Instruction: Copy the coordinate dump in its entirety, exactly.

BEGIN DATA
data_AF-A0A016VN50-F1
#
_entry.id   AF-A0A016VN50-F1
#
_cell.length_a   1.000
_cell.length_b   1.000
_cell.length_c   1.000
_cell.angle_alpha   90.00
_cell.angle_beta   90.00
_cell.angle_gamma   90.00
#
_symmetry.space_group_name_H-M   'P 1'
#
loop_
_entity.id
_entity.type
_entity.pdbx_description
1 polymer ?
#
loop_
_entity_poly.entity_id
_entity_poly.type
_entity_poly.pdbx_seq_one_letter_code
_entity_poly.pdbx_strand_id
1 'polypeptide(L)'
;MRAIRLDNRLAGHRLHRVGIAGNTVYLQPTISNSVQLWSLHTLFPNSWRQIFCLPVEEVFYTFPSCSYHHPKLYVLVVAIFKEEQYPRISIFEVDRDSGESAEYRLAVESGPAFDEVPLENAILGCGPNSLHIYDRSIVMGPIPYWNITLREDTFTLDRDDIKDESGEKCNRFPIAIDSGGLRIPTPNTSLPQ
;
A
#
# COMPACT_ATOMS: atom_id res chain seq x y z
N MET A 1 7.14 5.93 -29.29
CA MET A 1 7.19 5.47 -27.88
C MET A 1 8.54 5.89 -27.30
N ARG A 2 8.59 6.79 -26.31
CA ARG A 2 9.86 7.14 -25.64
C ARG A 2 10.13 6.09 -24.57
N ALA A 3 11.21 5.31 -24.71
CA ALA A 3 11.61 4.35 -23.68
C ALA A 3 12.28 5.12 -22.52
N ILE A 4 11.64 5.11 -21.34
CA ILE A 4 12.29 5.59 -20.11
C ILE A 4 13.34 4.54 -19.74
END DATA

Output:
data_AF-A0A016VN50-F1
#
_entry.id   AF-A0A016VN50-F1
#
_cell.length_a   1.000
_cell.length_b   1.000
_cell.length_c   1.000
_cell.angle_alpha   90.00
_cell.angle_beta   90.00
_cell.angle_gamma   90.00
#
_symmetry.space_group_name_H-M   'P 1'
#
loop_
_entity.id
_entity.type
_entity.pdbx_description
1 polymer ?
#
loop_
_entity_poly.entity_id
_entity_poly.type
_entity_poly.pdbx_seq_one_letter_code
_entity_poly.pdbx_strand_id
1 'polypeptide(L)'
;MRAIRLDNRLAGHRLHRVGIAGNTVYLQPTISNSVQLWSLHTLFPNSWRQIFCLPVEEVFYTFPSCSYHHPKLYVLVVAIFKEEQYPRISIFEVDRDSGESAEYRLAVESGPAFDEVPLENAILGCGPNSLHIYDRSIVMGPIPYWNITLREDTFTLDRDDIKDESGEKCNRFPIAIDSGGLRIPTPNTSLPQ
;
A
#
# COMPACT_ATOMS: atom_id res chain seq x y z
N MET A 1 7.14 5.93 -29.29
CA MET A 1 7.19 5.47 -27.88
C MET A 1 8.54 5.89 -27.30
N ARG A 2 8.59 6.79 -26.31
CA ARG A 2 9.86 7.14 -25.64
C ARG A 2 10.13 6.09 -24.57
N ALA A 3 11.21 5.31 -24.71
CA ALA A 3 11.61 4.35 -23.68
C ALA A 3 12.28 5.12 -22.52
N ILE A 4 11.64 5.11 -21.34
CA ILE A 4 12.29 5.59 -20.11
C ILE A 4 13.34 4.54 -19.74